Tuesday, August 18, 2009

Trust: Why bestselling authors can and we can't

I've got my hands full. As an aspiring author, I'm expected to write the very best book that I can, know the market, keep abreast of the break out novels and authors out there, as well as keep up on my reading of best selling authors and why they keep ending up on that best selling list time after time. I'm also expected to hone my craft, get my name out there and support my fellow writers, both published and unpublished. Simple, huh?

It is if you have unlimited time, don't have a day job or don't require much sleep at night.

At RWA National this year, the Golden Network did an outstanding job of preparing a panel of experts to review query letters written by Golden Heart finalists. The moderator would read the query letters and the agent or editor on the panel would say *stop* whenever she would lose interest in that particular query letter. It was widely illuminating and instructive, and, at the same time, disheartening. Because as the moderator read some well-written query letters, I found myself thinking, That's a book I would love to read.

Unfortunately, I may never have the opportunity. Here's what I discovered. Chances are if your story revolves around sports figures, Hollywood stars or rock musicians, an editor or agent is going to deep six your query with very little chance of perusing your partial or full.

And that's a darn shame. Because some of the most unforgettable stories I've read involve those very characters. In Susan Elizabeth Phillips' Natural Born Charmer, she not only has a pro athlete as the protagonist, the protagonist's father is a rock star!

In Sandra Brown's Play Dirty, her protagonist is a down- an-out quarterback who has served five years in prison for throwing a game.

Why do these best selling authors get away with writing a novel that most editors and agents wouldn't represent -- er -- if they were paid to? Probably because we're talking about Susan Elizabeth Phillips and Sandra Brown.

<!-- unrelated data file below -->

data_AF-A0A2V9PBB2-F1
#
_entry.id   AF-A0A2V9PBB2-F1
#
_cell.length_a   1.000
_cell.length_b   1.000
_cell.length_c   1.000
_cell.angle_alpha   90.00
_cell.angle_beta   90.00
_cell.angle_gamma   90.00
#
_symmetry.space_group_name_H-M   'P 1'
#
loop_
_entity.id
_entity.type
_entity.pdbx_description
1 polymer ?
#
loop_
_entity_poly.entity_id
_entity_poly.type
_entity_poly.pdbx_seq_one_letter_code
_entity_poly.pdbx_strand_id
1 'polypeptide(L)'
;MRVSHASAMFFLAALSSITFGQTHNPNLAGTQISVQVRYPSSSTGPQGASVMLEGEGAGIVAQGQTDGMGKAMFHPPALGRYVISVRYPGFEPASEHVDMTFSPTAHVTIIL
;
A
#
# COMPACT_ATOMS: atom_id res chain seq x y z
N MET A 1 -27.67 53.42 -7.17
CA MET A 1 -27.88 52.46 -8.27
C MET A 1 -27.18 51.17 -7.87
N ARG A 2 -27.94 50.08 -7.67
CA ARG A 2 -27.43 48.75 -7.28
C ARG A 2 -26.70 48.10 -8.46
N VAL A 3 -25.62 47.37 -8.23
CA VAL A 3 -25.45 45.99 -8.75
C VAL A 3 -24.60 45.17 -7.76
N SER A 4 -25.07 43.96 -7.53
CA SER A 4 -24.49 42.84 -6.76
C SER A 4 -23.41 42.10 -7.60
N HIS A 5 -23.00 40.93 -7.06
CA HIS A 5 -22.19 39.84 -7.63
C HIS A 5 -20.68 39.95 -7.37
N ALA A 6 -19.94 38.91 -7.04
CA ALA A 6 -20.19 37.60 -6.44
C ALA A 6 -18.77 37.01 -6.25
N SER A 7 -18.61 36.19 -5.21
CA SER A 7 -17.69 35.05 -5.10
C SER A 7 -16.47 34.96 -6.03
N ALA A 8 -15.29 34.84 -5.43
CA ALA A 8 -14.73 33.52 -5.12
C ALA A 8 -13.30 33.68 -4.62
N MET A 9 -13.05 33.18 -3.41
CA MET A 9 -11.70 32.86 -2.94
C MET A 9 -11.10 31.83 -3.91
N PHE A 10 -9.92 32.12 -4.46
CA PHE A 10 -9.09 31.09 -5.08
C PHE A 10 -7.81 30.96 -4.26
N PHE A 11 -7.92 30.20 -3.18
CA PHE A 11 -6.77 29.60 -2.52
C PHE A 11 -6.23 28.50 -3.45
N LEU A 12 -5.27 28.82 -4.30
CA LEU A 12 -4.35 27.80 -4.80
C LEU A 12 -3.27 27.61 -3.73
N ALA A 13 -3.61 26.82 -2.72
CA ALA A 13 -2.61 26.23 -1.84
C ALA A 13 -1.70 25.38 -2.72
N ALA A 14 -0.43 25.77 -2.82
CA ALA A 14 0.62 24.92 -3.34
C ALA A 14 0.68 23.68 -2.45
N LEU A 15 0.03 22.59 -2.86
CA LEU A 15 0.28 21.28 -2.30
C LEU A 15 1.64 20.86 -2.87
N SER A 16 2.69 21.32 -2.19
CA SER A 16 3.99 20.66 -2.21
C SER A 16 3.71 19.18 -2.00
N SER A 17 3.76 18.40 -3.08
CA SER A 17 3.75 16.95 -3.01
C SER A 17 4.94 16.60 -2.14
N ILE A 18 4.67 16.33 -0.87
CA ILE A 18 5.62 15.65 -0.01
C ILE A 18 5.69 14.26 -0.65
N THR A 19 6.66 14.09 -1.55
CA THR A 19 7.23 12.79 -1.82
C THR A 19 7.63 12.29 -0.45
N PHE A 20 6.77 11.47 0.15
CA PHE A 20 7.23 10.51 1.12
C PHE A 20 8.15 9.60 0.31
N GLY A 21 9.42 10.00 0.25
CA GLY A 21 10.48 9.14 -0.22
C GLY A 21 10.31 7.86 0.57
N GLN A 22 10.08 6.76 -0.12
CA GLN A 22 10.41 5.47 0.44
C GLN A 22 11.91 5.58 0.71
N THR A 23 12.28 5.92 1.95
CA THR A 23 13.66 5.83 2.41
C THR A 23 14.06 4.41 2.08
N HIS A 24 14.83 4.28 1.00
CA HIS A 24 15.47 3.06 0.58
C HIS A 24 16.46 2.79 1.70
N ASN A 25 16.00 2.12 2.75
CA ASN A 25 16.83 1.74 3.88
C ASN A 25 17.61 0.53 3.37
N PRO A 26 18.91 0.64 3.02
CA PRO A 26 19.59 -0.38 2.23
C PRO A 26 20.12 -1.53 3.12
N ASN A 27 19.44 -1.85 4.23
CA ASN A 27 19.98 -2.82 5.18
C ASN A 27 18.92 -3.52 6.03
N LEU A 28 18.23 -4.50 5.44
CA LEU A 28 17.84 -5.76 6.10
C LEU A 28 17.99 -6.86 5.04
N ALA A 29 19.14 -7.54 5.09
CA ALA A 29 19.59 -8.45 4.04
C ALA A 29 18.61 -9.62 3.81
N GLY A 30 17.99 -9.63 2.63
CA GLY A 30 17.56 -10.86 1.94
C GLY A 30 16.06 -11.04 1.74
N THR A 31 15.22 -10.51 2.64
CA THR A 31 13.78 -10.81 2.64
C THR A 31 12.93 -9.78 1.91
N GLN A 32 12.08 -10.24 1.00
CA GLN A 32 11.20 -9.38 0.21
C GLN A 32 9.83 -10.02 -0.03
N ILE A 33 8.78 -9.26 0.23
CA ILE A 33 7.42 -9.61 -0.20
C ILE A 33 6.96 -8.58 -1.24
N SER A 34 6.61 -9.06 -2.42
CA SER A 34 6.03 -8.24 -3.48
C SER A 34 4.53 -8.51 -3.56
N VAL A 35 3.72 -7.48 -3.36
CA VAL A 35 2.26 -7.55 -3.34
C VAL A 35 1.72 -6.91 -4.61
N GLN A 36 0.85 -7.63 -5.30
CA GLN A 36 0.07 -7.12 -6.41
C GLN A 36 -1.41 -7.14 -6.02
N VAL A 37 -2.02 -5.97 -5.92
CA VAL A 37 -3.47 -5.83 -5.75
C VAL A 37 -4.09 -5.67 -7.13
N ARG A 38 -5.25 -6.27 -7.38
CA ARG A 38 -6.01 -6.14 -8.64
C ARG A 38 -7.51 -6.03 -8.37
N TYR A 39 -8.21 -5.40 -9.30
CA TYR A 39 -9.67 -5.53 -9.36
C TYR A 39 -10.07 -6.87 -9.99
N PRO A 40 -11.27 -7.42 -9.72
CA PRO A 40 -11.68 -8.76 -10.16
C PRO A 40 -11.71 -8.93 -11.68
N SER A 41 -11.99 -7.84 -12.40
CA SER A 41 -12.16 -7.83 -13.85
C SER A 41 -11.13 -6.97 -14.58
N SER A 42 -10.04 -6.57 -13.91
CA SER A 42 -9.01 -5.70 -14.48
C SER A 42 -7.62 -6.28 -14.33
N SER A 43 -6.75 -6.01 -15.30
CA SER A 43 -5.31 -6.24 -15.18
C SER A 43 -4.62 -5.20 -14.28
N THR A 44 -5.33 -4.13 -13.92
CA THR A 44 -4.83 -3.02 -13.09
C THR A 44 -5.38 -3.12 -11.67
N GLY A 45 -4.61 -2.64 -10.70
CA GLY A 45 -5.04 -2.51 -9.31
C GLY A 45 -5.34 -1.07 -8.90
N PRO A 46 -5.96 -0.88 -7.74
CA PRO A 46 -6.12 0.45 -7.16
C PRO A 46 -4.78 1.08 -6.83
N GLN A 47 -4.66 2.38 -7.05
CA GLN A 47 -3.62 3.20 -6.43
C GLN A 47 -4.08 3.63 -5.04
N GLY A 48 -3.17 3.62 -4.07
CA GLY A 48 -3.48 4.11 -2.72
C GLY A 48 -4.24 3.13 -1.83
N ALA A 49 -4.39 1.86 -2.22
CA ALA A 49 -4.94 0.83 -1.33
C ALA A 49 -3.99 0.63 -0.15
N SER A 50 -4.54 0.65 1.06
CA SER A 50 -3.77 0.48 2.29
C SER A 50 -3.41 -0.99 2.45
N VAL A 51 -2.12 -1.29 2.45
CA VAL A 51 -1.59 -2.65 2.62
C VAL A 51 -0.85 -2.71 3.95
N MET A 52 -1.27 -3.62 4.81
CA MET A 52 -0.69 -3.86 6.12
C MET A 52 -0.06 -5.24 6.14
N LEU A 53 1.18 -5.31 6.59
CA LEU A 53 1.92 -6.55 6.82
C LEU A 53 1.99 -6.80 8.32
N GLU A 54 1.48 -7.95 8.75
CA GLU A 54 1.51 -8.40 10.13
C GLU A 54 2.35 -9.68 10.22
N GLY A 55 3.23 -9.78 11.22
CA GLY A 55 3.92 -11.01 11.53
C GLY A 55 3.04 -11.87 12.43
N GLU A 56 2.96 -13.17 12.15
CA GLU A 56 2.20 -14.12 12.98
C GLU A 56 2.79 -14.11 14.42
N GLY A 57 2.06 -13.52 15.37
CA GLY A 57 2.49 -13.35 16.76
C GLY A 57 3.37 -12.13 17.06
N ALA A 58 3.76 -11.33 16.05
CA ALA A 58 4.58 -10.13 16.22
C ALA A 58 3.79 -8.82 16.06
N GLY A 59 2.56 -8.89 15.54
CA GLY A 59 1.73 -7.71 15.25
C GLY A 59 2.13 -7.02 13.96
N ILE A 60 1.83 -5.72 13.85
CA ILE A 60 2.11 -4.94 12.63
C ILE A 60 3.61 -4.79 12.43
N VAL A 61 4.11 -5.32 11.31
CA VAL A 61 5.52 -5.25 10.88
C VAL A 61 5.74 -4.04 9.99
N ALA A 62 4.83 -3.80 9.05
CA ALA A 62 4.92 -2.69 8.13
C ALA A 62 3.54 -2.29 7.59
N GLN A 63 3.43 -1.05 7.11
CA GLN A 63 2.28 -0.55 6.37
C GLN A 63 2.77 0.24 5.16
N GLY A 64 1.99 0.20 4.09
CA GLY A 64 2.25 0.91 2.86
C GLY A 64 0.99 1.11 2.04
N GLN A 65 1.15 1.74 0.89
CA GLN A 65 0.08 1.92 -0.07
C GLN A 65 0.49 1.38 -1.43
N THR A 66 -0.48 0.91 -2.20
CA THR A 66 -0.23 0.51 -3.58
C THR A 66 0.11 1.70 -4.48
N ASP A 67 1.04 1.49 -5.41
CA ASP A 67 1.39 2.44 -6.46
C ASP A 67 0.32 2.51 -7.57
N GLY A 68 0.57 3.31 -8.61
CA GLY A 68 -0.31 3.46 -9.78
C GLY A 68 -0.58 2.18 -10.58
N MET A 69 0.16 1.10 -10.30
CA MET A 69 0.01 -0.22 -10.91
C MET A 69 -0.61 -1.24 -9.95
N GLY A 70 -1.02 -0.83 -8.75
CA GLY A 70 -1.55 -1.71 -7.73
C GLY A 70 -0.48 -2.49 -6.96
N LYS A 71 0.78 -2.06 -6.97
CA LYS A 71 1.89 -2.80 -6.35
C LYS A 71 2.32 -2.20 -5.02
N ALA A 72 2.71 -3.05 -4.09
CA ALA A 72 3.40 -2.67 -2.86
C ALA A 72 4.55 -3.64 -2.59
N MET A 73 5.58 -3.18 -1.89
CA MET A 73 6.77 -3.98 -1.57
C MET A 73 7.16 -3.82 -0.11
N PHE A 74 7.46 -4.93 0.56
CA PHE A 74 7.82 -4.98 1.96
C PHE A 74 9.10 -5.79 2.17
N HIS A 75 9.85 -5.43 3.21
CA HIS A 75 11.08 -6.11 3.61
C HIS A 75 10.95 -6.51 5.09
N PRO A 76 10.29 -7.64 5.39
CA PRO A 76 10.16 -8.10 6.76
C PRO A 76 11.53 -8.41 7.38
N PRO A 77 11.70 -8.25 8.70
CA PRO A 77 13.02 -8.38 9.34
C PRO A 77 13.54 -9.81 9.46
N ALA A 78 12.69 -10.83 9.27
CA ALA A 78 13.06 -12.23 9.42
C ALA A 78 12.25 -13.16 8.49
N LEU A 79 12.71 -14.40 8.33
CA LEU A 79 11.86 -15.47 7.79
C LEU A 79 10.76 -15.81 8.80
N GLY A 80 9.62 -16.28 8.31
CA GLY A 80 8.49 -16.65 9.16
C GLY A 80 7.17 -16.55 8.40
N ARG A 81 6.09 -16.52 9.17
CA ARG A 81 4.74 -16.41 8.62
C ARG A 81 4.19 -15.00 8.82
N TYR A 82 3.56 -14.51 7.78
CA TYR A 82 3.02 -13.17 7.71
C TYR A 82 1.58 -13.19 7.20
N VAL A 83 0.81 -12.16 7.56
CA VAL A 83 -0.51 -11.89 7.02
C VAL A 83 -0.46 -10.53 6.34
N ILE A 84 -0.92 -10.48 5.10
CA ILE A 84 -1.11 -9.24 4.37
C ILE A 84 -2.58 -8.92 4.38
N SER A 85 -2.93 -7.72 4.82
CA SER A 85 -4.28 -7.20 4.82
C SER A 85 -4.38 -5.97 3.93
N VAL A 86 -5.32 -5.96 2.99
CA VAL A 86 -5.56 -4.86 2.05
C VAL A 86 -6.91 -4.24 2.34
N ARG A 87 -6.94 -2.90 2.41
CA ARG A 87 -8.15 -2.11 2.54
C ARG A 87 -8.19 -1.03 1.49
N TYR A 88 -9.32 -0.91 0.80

Phillips and Brown have already earned the readers' trust. If I pick up a book by these authors, it's pretty much implied that I'm in for several hours of quality escapism. As an unpublished author, and as unjust as it may seem, I haven't earned that right or that trust. I also wonder after these marvelous books are written, how many not-so-hot stories involving celebrities land on an agent or editors' desk--enough for them to so vitriolically holler, "Stop!"

In the meantime, perhaps we aspiring authors should keep studying the market, learning our trade, and writing the best book that's in us. Just be aware if your protag is a pro athlete, Hollywood star or a rock musician, it could be a long shot, and may be the book that comes out after you *arrive*.

Why not instead make our protagonists handymen.

Oh, wait -- Linda Howard's already done that one.

Keep the faith, fellow writers. It's all about trust. Write the best book that's in you.

6 comments:

Edie Ramer said...

I thought the restrictions were from Harlequin, and were actually outdated. I know Deidre Martin writes about hockey players. Rachel Gibson sold her sports books before she was a bestseller.

My mind doesn't run in the direction of movie stars, rock musicians or sports, but if that was my passion, I'd write it.

Donnell said...

Hi, Edie, excellent point. If that's what an author has her heart set on she should write the book. This panel, made up of both,editors and agents, to my recollection weren't from Harlequin, however. Thanks for the feedback on people who break through that glass ceiling. As I mentioned, some of those query letters sounded like outstanding books.

Debra E Marvin said...

Here's a great case for having a 'brand'. Susan Elizabeth Phillips could write about anybody and make it compelling because we know her brand is quirky characters with big hearts.

Donnell said...

Debra. Exactly. I wonder if that's why some authors choose pseudonyms if they veer from that *brand*. We come to rely on that type of writing from that author. Again, it's a trust issue, and we on our way, have to earn that trust. Thanks for the great point!

Jenifer said...
This comment has been removed by a blog administrator.
Ron said...

One thought on this comes back to the concept of qualification, or "why are you the person uniquely qualified to write this book?" The agent/editor/whatever may have the assumption that a best-selling author may have more real connections with professional athletes, actors, etc. than a first-timer or relative newcomer.

It's a similar situation to two nearly identical police procedurals, but one is written by a carpet installer from Limon, Colorado and the other is by a 20 year veteran of the LAPD.